Thursday, August 5, 2004

In the Shadow of No Towers

View a frame from In the Shadow of No TowersView a frame from In the Shadow of No TowersThis September, Pantheon Books, a division of Random House, will publish a new adult-oriented comic book by Art Spiegelman, In the Shadow of No Towers. The book will explore, through a series of emotionally- and politically-charged cartoons, the trauma of 9/11 and the frustration many Americans have felt in the subsequent years.

The Pulitzer-prize winning cartoonist has spent much of the last decade illustrating covers for the New Yorker, working and living only blocks away from the World Trade Center. The trauma of the attacks transformed into anger for Spiegelman, who grew increasingly upset with his own government. Resigning from the New Yorker, he returned to cartooning and, after immersing himself in the newspaper comics of the later 19th and early 20th centuries, began exploring his own political-themed cartoons.

In the Shadow of No Towers is a 42-page large-format cartoon collection, the appearance of which is reminiscent of large cardboard children’s comic books. Mixing vintage cartoon characters, Spiegelman’s own creations, and modern political satire, In the Shadow of No Towers explores the anguish of 9/11.

In the Shadow of No Towers does not depict a particular narrative, as Spiegelman’s Maus did, but instead uses individual comics to portray Americans, New Yorkers in particular, and himself in the aftermath of 9/11 and in the political climate that followed. Many comics are inspired by the author's own memories – in addition to living near the World Trade Center, his daughter Nadja had just started high school at the foot of the South Tower. Individual cartoons from the book have appeared previously in Forward and the print edition of The London Review but this will be the first time the series is presented in its entirety.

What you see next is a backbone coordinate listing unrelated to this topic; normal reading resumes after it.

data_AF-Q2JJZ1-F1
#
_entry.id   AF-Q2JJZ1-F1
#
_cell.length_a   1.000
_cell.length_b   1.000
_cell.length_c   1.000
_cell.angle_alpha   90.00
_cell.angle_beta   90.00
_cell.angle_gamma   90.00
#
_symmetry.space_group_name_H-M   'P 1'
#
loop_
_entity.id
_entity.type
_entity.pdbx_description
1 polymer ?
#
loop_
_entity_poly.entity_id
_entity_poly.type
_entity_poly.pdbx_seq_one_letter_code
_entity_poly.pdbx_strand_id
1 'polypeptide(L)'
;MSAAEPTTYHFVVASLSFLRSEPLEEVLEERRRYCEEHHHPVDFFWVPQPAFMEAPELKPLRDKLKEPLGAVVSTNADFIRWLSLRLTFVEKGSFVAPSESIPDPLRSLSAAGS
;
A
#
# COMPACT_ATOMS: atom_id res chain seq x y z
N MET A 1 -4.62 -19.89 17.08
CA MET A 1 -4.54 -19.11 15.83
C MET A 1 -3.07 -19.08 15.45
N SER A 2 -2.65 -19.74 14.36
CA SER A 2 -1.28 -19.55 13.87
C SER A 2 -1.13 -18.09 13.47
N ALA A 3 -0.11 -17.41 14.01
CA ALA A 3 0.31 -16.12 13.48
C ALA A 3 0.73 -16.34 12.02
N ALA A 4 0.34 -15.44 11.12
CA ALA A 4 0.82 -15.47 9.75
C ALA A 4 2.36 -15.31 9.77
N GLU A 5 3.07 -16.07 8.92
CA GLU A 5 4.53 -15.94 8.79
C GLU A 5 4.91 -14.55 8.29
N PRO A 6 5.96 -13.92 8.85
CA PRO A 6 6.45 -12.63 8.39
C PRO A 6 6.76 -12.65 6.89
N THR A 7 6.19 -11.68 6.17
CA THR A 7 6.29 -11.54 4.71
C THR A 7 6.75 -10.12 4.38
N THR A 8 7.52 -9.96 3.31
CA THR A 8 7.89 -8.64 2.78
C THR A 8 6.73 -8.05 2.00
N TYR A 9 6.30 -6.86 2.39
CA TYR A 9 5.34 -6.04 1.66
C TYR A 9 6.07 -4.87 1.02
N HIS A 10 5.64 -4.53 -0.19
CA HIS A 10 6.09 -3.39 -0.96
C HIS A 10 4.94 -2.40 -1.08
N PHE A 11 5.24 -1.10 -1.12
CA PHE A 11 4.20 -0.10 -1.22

In his introduction to In the Shadow of No Towers, Art Spiegelman writes, "I hadn't anticipated that the hijackings of September 11 would themselves be hijacked by the Bush cabal that reduced it all to a war recruitment poster...When the government began to move into full dystopian Big Brother mode and hurtle America into a colonialist adventure in Iraq – while doing very little to make America genuinely safer beyond confiscating nail clippers at airports – all the rage I'd suppressed after the 2000 election, all the paranoia I'd barely managed to squelch immediately after 9/11, returned with a vengeance."

Art Spiegelman is the Pulitzer Prize-winning author of Maus (Maus: A Survivor's Tale and Maus II: From Mauschwitz to the Catskills), a chilling comic-format story of the Nazi holocaust. While Maus was a key book in the development of the modern American adult graphic novel, it is most highly regarded for the refreshing approach, both visually and rhetorically, with which it tells its story; in Maus, the Jews are depicted as mice, the Nazis as cats (the Katzies), and various other ethnic groups as various other animal species (the Poles, for instance, feature prominently as pigs). Spiegelman is an editor of Raw, an award-winning anthology of avant-garde comics, has been a regular contributor to The New Yorker and various underground publications, and has published comic-art works in a number of mainstream adult titles.

Spiegelman’s Maus protagonist/alter-ego even appears in In the Shadow of No Towers as a stand-in for Spiegelman. He has said of this juxtaposition, “This was a means of representing myself at a time when I couldn't even see myself in the mirror clearly.” fb

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